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So you want to live in Spain and bring your 80 with you.

Dave2000

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Today I thought I would help perspective buyers who fancy moving to Spain

We discussed about living in an apartment or house avoiding certain areas, for example a nice house near the beach would be perfect for some people, whilst staying at a friends apartment in town (I needed a break from the silence where I live and the boredom as not being able to get out and drive either of my vehicles) well I was out walking my dog 'Cookie' this morning at around 5.30 and this apartment is three roads back from the beach, and within two roads you could hear the beach parties that have been going all night! True I could not hear them from 'Ana's' but another street nearer the beach and they were there in your head loud music screaming an shouting along with someone version of singing LOL, but hey this is Spain, so give that a thought when visiting and remember we are still a couple of months away from the holiday season! There is an upside, you can always go on holiday yourself during the summer months!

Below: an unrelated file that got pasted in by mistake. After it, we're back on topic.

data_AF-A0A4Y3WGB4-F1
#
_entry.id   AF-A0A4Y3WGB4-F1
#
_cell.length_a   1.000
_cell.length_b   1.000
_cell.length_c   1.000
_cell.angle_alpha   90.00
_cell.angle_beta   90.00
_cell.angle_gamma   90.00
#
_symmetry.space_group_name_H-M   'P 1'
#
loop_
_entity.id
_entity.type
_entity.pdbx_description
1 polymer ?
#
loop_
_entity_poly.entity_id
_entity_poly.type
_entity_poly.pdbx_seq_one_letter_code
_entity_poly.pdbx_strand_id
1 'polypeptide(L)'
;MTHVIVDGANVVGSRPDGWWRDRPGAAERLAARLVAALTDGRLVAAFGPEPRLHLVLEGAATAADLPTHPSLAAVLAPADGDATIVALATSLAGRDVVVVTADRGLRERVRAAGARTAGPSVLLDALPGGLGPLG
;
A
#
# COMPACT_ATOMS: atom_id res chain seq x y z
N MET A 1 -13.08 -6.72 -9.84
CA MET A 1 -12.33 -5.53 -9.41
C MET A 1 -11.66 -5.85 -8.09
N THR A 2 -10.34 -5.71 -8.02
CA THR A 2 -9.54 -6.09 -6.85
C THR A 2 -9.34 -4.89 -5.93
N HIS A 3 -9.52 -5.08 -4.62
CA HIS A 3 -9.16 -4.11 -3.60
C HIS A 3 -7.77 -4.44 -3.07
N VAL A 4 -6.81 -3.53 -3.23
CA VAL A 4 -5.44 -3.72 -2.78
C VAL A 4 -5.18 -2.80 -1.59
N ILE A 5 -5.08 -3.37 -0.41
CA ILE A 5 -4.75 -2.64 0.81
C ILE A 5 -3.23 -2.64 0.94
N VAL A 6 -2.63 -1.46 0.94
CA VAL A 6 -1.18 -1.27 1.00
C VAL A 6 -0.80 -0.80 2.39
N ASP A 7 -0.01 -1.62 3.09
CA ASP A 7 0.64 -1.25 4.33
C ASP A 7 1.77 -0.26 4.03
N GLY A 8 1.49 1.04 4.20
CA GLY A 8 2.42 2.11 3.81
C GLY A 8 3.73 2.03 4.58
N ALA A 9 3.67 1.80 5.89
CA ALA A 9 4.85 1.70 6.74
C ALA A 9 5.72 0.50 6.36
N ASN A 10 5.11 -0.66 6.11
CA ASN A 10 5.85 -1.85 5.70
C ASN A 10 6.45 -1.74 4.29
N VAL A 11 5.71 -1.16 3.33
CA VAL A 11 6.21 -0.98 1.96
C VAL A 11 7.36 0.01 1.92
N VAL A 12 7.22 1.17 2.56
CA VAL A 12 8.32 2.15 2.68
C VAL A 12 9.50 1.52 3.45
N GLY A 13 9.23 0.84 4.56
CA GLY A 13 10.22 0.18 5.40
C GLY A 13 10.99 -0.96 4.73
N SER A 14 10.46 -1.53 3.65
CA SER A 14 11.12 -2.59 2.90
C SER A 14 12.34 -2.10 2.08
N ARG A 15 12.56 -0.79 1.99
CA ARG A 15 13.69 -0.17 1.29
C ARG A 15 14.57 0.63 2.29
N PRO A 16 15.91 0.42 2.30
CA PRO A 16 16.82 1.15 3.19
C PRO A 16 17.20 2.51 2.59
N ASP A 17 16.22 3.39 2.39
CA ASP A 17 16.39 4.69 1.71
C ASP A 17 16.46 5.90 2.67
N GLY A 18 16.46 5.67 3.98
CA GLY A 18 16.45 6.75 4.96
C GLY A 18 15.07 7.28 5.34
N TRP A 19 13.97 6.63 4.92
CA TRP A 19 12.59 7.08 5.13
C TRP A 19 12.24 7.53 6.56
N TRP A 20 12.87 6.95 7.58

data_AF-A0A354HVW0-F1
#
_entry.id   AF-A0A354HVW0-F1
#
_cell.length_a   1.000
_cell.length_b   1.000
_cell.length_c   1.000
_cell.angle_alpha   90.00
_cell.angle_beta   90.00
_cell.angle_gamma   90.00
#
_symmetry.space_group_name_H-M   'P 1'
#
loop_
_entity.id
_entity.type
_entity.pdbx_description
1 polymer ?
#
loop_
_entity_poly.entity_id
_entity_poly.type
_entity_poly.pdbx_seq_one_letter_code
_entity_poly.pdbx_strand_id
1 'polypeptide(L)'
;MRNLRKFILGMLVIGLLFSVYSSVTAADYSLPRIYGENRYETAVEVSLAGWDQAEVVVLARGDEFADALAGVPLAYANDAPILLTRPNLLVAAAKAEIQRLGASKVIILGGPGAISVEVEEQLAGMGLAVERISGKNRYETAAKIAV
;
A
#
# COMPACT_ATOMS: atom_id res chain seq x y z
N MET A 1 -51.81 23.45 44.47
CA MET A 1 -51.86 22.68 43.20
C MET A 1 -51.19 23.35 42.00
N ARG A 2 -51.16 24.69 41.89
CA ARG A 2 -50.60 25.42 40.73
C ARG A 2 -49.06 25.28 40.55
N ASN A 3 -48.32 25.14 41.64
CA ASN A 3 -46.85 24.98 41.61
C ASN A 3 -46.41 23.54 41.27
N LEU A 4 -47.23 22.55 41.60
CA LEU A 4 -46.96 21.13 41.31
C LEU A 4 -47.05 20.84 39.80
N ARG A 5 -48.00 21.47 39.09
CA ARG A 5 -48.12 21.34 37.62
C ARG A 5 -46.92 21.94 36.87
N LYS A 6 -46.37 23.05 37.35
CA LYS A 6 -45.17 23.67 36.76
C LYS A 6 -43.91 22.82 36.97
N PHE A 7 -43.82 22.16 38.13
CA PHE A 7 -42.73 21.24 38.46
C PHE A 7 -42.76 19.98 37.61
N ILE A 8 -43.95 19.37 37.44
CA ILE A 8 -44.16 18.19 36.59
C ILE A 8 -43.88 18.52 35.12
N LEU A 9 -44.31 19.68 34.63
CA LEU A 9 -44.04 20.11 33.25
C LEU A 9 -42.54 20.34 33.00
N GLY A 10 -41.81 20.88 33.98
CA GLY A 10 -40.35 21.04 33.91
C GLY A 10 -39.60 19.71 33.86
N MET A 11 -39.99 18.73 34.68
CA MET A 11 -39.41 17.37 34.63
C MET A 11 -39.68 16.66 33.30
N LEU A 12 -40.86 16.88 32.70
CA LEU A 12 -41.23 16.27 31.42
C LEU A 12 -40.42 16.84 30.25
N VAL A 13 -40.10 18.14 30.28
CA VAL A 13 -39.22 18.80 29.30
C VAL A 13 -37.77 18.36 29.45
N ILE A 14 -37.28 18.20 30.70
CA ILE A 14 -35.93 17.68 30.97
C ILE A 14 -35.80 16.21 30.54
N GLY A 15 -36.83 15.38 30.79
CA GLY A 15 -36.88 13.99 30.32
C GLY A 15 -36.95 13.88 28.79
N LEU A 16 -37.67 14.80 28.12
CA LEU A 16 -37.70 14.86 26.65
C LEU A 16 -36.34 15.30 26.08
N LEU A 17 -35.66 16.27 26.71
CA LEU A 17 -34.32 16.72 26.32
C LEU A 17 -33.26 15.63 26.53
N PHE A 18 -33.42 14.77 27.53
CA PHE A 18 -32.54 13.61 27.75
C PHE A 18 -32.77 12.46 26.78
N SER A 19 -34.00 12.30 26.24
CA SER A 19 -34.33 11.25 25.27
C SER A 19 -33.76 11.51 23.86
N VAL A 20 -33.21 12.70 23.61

So 'campo' or countryside living which I have done for some considerable time now. Many people live in the countryside in the UK, but most have electricity and gas and even toilets and running water! Well the issue here is to define 'countryside'. First if you are more than say well........500 metres out of town you will not get gas, that will be bottled. Electricity is different and I live around eight kilometres out of town and have electricity, "woooo look at you" I hear you say.....just give me a moment to finish that line with 'most of the time'. I do recall when electricity was temperamental when I lived about 2 kilometres out of town but it has improved. But now at eight kilometres it is shall we say tolerable? So no mains gas, no mains water, no mains sewers and an 'iffy' electricity supply which to be fair may go on and off three times a week often for one or two days, two being the longest so far. As I mentioned gas will be bottles and will remain so for years to come. The thought of lugging around heavy steel gas bottles in and out of the boot of the car is not very appealing but can be done, it will be a bit of a bind as you get older (more of getting old in a moment), so what's the answer? Big gas bottles! Yes big, are are talking five foot or more in height and silly heavy. Get a contract for TEN bottles and then have a cupboard constructed to hold them, they will be propane so there must be vents in the top and bottom of the doors if you want keep them hidden, many have them in a simple cage so obviously well vented, remember propane being heavier than air will vent out at the bottom so allow for this. So now the ten bottles are connected to a manifold with ten being the maximum, but only five in use at a time. So ten bottle connected to the manifold and there is a changeover tap (not a switch but possibly doable if allowed?). So now you have a decent boiler for showers a gas supply for cooking, bathing and showers, a gas fridge freezer which are very reliable and even central heating (yes it gets cold here and UK pensioners who live here DO NOT get the winter allowance each year), and you have five of these great big bottles connected. There has to also be a tap near the boiler to turn of the gas in an emergency or servicing. Now obviously depending on usage you have a great gas supply, and when it runs out you simply go to the cupboard and use the changeover to to allow the supply from the other five bottles, the tap indicates from which 'set' you are using. Go back indoors and everything returns to normal, make a phone call and five more bottles will be delivered with a truck with a small crane within a couple of days, he or she will then disconnect and remove the bottles and fit five full ones in their place and reconnect them, you now have your back up supply reconnected. Usage, to give an idea how long these bottles will last is very difficult indeed, obviously in the summer if you are all salads and sangria, and of course no heating in use then the gas will only be used for an early morning showers as the water will be a little chilly depending on your 'deposito' or well supply, so to give you the closest guess was a good friend of mine used five bottles about every 7 - 8 months she lived alone in a four bedroom house with double glazing but no carpets except a large one in the lounge, radiators were kept on in all the bedrooms but set on minimum during the winter to keep dampness to a minimum, summer usage rose considerable when her three daughters came over with their friends, showers some home cooking and so forth, that's the best guess I am afraid. To add a little information, I live in a three bedroom country house alone and have three small gas bottles. There is one in a cupboard next to the cooker, one out in the boiler cupboard and one I use in a gas heater, I have an electric fridge and no central heating. The gas bottle for the cooker lasts a long time, mine has been in there three (3) years and has not run out, the oven is electric as is the kettle. I cook perhaps three or four times a week, a shower every day and during the period between October and unusually this year end of April use the gas heater for an hour each morning and a couple of hours each evening. I do have air conditioner with the inverter fitment which is a good back up for heating the lounge. I also have a log burner and these are great, they will heat my entire house and it will stay comfortable for at least 24 hours, they are cheap to use, you can can get logs delivered just like the gas, Store them dry but keep an eye out for quite harmless snakes as they like to live in the log storage are, I have four large plastic boxes where my logs or wood supply is kept, I have even cut up old pallets I have picked up at the side of the country roads, so literally zero heating cost! Discounting the somehow self replenishing gas bottle for the cooker I purchase one bottle per week, so it may be needed for the boiler one week or the gas heater the following one.